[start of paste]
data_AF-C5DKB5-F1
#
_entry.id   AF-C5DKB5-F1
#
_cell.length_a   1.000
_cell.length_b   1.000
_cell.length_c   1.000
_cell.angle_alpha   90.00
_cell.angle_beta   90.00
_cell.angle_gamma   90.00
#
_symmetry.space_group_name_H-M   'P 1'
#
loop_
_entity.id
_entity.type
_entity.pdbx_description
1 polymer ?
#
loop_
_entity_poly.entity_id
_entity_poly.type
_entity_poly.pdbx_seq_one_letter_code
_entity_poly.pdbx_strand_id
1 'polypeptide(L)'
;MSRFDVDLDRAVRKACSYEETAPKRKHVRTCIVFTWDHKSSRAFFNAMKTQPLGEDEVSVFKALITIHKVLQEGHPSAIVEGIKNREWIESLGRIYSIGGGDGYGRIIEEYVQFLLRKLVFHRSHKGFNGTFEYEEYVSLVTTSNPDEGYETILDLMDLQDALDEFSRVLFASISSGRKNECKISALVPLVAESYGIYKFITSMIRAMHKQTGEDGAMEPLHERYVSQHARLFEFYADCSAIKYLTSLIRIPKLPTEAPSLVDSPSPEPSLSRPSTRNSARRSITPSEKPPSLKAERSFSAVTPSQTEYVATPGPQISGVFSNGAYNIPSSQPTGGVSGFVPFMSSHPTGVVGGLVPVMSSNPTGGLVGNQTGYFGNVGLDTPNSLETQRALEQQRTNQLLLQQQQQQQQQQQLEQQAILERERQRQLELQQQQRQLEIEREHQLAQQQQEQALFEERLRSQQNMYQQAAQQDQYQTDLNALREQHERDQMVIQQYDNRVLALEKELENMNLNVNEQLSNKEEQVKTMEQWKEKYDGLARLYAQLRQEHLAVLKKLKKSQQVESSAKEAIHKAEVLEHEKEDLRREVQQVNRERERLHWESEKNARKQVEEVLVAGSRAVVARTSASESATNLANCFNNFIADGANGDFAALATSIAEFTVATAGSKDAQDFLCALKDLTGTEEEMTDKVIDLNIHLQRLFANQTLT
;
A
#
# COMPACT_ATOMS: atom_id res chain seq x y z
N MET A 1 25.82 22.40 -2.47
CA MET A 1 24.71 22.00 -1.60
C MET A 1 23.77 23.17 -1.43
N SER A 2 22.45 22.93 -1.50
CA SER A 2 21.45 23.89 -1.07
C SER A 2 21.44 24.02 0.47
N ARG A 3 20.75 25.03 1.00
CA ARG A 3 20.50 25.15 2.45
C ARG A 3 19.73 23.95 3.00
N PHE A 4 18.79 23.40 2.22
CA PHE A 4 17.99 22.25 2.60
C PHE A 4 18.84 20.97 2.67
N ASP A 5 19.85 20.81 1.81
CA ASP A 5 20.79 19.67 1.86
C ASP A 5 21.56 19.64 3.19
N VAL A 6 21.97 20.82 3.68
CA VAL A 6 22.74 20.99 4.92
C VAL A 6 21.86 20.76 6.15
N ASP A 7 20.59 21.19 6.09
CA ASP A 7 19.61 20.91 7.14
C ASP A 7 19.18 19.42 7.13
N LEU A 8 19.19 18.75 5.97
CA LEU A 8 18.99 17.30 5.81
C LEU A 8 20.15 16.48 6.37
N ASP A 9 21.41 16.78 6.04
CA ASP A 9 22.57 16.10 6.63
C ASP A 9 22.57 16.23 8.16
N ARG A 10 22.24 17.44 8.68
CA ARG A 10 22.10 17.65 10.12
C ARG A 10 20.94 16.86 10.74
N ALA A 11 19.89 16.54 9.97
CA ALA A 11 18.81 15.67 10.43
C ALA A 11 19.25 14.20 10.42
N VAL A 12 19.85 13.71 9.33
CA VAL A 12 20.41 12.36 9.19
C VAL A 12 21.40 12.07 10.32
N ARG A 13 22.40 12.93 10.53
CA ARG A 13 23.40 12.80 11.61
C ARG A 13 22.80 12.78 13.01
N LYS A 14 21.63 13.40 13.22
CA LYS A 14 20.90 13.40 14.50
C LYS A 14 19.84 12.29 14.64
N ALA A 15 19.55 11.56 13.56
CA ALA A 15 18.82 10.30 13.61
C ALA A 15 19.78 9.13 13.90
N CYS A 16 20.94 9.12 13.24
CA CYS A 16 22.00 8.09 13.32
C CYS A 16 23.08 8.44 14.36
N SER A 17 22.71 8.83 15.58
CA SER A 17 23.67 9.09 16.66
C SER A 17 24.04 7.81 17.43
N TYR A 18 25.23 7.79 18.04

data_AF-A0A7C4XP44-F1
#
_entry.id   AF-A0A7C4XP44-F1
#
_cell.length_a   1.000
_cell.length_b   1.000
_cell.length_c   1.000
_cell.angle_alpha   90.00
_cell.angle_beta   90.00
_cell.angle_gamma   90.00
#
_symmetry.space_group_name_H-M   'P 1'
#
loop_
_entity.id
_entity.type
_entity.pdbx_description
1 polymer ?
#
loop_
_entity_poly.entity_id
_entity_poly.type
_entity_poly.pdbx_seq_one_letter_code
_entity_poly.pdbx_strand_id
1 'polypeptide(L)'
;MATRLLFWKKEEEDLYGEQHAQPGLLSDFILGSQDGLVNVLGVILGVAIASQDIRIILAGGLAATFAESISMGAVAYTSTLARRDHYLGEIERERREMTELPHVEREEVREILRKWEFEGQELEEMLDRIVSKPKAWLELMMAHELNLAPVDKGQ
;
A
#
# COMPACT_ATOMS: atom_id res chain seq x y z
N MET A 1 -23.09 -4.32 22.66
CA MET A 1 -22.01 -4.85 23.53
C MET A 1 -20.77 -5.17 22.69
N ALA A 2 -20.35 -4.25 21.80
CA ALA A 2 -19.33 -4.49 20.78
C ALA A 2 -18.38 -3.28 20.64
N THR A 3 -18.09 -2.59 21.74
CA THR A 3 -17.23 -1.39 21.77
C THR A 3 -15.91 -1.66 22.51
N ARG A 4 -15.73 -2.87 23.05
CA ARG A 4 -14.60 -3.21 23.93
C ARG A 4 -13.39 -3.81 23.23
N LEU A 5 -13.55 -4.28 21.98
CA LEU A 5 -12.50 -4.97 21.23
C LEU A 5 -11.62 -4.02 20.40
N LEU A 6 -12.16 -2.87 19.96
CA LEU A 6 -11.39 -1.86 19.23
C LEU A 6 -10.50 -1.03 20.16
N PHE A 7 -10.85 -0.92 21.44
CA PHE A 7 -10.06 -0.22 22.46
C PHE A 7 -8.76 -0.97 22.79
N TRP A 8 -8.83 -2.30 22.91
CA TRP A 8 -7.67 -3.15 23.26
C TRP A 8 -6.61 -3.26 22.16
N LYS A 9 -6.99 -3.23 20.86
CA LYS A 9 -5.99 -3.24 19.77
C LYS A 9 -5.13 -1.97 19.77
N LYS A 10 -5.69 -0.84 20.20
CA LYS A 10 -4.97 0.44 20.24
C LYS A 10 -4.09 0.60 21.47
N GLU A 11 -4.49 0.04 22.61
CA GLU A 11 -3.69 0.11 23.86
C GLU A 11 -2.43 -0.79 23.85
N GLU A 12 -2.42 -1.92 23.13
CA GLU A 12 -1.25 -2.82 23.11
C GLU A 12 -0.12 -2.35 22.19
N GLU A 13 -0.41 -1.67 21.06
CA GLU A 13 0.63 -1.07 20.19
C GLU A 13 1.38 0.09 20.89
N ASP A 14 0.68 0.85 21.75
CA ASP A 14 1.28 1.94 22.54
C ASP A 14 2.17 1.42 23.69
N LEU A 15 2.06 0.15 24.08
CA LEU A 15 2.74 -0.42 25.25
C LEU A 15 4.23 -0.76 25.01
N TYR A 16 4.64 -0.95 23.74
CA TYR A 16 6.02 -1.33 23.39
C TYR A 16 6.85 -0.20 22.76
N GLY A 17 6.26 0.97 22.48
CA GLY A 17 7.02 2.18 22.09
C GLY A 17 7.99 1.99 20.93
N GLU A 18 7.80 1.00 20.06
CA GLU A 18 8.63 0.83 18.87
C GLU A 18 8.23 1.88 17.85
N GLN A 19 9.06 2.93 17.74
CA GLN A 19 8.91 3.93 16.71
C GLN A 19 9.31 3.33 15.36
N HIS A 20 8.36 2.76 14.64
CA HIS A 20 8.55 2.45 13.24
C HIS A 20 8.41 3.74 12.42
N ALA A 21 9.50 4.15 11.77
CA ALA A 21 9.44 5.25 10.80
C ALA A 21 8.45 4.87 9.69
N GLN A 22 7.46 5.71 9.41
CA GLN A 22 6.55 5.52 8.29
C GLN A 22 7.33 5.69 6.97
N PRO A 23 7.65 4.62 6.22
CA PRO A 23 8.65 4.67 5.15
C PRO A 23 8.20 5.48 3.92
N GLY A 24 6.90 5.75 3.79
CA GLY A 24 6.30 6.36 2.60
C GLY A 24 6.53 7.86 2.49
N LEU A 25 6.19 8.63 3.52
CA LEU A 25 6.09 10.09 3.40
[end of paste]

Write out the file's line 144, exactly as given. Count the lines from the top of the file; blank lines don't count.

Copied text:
CA GLU A 11 -3.69 0.11 23.86